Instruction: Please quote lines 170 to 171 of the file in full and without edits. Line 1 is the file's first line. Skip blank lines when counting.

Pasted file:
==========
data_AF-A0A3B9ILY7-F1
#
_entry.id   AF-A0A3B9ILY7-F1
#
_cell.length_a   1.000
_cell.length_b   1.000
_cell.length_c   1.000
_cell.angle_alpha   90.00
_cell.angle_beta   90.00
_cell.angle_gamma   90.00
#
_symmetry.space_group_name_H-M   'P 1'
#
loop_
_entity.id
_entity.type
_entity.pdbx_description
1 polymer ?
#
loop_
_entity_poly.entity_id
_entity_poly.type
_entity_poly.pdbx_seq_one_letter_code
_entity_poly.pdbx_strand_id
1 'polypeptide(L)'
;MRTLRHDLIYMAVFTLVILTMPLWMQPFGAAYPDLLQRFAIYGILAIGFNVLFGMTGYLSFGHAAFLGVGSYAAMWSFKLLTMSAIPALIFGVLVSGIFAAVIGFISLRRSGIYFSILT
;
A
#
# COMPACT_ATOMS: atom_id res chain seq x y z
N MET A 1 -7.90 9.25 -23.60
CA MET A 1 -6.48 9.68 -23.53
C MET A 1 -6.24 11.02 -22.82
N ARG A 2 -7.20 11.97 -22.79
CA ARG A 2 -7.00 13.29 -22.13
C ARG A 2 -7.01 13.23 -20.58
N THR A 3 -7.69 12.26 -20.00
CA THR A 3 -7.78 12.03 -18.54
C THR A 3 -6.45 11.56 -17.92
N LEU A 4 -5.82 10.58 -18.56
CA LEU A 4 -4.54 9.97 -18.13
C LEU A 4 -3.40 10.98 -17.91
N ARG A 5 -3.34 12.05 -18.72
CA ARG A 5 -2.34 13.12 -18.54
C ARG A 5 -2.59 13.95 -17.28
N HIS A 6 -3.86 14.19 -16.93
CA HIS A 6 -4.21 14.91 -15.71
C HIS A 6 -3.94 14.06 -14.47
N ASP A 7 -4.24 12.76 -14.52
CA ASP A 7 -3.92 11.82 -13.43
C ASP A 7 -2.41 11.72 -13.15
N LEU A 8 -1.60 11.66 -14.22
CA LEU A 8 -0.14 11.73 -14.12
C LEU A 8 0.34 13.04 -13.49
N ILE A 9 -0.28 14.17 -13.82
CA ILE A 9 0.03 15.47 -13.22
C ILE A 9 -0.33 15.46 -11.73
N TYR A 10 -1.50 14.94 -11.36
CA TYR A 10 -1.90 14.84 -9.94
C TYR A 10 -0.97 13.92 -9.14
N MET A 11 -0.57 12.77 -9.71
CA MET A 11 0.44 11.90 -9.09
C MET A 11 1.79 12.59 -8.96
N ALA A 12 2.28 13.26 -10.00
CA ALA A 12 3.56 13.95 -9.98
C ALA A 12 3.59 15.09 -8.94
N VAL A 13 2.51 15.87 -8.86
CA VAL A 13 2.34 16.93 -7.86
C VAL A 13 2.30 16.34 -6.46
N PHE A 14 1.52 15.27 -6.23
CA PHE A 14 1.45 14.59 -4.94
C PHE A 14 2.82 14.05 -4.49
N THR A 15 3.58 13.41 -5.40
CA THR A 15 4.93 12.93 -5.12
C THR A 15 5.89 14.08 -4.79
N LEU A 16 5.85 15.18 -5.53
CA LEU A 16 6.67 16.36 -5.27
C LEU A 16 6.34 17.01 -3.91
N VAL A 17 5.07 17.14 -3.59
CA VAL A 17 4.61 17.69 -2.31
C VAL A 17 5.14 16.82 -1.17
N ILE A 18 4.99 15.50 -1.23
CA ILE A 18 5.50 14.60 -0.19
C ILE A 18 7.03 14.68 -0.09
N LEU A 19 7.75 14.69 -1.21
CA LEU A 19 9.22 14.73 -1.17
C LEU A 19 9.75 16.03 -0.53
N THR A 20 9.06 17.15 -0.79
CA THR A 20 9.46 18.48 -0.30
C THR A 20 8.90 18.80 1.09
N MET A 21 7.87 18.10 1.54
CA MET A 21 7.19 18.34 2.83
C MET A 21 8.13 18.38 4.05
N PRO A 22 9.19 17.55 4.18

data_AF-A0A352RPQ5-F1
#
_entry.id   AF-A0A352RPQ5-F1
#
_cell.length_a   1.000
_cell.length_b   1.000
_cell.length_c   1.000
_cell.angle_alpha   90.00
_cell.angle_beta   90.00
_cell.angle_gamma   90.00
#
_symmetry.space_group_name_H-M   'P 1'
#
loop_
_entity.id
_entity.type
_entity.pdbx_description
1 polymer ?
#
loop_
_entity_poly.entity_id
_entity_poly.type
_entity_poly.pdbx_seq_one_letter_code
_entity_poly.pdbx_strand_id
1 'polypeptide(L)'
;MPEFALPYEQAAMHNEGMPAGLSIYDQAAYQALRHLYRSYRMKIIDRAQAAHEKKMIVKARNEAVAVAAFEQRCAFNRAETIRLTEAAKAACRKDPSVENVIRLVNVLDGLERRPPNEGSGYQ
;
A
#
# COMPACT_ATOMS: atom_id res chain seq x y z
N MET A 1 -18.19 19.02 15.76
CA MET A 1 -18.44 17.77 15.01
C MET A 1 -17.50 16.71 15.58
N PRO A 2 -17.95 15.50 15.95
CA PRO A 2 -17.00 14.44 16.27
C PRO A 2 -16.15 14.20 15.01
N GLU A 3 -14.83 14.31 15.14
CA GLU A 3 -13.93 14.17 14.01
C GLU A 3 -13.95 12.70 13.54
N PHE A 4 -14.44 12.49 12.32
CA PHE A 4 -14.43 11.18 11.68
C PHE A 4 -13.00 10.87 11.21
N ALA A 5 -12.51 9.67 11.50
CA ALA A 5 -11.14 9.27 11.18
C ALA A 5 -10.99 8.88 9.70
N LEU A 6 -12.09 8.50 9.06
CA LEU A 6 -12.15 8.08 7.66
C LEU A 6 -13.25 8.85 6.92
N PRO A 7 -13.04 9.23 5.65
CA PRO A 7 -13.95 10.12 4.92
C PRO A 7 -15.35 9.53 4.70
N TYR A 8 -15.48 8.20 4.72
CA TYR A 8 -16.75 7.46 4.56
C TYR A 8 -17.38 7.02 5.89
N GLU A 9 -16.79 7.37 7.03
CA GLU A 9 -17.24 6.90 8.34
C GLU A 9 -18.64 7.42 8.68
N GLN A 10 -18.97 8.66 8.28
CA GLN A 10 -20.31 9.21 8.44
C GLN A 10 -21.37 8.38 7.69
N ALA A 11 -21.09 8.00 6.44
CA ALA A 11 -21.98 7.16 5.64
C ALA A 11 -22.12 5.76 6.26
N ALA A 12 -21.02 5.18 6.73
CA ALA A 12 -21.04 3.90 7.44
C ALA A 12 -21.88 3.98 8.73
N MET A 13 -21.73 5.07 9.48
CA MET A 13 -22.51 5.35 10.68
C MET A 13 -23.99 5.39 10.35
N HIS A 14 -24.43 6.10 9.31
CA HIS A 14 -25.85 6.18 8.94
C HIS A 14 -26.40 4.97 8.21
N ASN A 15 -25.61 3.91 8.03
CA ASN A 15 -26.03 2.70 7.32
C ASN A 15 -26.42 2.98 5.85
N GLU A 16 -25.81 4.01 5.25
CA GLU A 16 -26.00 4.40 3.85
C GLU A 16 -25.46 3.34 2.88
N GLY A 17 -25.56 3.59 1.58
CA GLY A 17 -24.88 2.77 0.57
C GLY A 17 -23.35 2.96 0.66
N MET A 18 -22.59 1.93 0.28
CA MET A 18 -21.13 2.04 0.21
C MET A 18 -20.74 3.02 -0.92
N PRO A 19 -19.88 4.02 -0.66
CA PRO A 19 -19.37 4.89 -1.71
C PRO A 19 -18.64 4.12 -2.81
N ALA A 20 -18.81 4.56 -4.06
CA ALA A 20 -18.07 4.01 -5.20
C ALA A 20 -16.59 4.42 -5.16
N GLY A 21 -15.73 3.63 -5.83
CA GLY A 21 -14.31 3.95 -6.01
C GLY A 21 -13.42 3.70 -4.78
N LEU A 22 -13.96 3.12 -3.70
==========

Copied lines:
N GLU A 16 -25.81 4.01 5.25
CA GLU A 16 -26.00 4.40 3.85